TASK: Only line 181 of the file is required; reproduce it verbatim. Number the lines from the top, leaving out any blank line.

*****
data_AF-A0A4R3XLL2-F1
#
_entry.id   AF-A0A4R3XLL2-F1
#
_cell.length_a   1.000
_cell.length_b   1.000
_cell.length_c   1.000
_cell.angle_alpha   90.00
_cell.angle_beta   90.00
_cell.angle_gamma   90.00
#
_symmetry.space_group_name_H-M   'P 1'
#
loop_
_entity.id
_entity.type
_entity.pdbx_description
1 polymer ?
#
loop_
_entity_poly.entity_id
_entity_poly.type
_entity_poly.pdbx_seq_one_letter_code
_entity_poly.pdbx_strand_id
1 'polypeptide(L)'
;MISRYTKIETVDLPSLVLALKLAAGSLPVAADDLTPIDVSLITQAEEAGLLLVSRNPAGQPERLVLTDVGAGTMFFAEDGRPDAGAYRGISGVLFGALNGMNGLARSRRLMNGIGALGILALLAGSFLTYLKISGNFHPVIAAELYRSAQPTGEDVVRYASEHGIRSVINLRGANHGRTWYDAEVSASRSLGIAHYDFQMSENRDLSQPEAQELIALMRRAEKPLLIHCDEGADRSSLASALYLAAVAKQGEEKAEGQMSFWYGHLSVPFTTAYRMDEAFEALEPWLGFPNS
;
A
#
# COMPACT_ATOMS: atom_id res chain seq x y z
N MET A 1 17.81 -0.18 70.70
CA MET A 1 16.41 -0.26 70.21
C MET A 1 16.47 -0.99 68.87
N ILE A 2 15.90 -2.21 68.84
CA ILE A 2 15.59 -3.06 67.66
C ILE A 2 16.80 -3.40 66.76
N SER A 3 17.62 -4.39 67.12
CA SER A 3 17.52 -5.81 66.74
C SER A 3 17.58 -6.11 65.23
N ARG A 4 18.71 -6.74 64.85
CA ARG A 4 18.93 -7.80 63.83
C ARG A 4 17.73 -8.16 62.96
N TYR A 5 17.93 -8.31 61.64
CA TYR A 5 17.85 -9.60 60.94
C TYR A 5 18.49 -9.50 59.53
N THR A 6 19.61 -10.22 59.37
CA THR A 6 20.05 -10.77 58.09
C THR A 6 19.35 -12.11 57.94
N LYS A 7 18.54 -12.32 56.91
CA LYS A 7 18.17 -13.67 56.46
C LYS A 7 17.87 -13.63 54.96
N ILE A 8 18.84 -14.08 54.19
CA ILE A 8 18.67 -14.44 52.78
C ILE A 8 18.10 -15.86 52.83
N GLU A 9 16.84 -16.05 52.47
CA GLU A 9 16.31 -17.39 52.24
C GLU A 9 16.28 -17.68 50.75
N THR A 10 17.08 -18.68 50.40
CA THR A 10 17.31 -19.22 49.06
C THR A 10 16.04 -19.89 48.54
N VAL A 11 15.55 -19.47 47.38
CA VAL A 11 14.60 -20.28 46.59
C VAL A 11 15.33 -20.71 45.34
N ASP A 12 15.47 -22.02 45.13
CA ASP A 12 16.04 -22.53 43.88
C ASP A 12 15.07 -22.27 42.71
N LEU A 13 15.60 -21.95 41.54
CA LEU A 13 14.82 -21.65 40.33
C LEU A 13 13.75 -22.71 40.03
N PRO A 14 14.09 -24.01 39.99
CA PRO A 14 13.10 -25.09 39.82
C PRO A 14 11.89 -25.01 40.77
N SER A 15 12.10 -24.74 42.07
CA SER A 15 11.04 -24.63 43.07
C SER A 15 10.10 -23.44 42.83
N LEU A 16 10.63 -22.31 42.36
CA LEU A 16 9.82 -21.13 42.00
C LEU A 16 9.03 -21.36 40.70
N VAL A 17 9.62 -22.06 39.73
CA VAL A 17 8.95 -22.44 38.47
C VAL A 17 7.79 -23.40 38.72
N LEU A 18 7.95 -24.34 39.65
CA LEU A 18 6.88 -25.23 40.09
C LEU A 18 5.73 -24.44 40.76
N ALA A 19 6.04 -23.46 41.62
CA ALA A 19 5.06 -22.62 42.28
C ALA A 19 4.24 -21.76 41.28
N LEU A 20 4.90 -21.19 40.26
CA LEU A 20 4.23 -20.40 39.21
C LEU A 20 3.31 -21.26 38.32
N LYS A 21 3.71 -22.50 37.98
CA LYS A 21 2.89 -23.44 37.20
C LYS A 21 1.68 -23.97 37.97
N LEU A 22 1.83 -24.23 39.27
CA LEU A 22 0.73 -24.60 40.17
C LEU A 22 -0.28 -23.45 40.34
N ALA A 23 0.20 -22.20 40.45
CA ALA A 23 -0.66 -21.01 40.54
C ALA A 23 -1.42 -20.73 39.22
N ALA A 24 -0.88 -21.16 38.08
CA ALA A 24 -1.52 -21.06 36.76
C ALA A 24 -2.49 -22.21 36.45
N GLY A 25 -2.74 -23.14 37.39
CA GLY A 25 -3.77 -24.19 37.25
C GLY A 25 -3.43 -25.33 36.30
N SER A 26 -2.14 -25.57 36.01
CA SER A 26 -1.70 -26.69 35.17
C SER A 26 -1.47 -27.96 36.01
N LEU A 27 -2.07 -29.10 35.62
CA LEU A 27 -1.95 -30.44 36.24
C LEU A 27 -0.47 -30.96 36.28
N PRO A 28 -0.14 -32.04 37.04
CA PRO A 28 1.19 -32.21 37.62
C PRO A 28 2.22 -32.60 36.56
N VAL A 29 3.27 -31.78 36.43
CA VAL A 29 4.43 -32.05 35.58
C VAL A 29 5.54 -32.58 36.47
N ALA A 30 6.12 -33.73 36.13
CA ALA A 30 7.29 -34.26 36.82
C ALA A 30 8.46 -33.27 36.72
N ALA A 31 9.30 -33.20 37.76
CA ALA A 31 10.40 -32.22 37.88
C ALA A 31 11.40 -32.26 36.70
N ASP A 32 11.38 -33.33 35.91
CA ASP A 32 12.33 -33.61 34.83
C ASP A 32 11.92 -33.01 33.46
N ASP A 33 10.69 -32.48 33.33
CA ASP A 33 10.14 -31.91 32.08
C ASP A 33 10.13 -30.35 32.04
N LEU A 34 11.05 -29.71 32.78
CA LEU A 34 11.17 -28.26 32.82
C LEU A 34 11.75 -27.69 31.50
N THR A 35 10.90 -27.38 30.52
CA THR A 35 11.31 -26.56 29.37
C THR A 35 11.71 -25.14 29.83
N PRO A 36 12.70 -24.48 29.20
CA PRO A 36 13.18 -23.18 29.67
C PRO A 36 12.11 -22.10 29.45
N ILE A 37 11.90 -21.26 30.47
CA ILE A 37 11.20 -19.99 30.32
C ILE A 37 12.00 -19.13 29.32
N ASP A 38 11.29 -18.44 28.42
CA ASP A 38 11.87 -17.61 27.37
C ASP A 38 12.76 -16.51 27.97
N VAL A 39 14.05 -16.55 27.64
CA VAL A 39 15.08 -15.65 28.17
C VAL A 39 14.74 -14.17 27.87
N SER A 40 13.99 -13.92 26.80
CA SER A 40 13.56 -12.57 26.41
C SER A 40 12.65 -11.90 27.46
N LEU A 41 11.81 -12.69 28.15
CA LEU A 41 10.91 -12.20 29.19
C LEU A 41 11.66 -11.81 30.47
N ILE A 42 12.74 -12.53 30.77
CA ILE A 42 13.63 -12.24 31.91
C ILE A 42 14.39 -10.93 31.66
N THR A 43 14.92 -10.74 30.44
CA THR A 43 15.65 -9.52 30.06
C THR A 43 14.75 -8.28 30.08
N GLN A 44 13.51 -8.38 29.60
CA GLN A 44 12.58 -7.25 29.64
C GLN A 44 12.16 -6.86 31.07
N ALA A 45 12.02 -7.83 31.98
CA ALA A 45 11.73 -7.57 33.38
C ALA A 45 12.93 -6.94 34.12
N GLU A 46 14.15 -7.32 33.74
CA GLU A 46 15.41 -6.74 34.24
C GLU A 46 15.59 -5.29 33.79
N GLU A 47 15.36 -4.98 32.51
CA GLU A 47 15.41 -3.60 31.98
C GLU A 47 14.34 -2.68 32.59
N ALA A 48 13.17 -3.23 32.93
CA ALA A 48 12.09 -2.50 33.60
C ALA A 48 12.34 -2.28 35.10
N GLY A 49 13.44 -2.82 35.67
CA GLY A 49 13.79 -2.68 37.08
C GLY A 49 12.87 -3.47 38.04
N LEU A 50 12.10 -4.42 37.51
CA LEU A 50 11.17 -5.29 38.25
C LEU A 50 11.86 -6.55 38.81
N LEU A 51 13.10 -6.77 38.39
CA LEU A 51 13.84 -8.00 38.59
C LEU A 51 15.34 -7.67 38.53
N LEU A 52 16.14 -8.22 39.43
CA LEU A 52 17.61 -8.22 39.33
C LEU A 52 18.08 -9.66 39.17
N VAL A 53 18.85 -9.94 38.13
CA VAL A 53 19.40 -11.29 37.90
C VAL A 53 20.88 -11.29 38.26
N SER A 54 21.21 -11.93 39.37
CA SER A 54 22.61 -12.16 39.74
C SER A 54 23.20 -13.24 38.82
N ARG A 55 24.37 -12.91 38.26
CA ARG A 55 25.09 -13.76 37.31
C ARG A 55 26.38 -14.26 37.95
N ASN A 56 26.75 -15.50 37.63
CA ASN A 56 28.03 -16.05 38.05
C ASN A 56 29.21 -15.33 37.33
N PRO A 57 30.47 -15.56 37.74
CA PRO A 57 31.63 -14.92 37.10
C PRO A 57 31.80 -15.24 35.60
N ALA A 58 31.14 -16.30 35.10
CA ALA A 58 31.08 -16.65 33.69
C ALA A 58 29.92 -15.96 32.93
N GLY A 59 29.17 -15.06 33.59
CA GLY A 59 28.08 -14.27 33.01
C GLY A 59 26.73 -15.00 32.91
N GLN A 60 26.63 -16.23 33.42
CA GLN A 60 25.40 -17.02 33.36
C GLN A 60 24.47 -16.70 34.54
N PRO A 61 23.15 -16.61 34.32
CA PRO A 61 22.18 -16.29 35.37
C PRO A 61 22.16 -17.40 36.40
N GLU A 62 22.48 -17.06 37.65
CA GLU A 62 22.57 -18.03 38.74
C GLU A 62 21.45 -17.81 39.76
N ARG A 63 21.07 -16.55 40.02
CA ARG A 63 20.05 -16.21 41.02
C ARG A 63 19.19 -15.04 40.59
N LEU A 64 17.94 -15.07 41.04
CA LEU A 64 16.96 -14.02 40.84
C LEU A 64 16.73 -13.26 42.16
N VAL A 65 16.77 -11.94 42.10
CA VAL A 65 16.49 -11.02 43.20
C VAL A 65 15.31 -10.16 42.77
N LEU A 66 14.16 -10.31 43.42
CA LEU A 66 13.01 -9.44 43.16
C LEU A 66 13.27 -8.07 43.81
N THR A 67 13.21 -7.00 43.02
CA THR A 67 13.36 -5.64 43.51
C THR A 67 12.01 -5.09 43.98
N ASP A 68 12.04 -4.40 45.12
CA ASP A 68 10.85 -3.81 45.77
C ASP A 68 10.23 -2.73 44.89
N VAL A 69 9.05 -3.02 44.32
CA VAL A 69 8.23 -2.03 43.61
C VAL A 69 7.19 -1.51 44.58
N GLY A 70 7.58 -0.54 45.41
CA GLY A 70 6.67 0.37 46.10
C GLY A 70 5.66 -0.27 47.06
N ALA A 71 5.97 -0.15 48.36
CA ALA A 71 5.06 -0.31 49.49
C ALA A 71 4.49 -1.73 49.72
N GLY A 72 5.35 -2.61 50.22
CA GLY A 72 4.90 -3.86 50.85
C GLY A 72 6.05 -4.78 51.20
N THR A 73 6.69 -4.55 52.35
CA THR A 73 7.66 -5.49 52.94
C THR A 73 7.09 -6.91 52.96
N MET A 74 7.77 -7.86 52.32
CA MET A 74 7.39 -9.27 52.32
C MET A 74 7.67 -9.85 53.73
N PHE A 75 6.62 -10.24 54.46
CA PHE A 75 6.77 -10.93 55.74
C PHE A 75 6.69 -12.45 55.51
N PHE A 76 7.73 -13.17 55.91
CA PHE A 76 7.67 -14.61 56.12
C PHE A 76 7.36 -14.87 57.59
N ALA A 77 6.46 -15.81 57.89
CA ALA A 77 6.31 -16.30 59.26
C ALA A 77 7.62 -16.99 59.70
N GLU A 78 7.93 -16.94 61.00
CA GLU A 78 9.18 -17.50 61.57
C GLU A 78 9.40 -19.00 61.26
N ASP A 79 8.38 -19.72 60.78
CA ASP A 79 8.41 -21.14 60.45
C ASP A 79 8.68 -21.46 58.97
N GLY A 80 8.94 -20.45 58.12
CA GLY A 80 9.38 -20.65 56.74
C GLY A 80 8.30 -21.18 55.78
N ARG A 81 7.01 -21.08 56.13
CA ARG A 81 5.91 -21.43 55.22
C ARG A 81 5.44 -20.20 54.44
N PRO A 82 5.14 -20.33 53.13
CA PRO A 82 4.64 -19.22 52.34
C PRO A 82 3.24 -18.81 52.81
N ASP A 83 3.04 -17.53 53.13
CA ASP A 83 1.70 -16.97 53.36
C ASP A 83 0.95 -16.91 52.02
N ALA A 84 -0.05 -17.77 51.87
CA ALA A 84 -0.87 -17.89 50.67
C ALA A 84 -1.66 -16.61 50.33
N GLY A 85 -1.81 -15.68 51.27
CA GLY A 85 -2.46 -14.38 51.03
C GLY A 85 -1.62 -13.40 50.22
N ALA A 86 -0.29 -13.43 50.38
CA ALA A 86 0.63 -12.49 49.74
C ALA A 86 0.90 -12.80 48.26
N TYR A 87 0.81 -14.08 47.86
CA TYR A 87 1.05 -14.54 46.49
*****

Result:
N LEU A 51 13.10 -6.77 38.39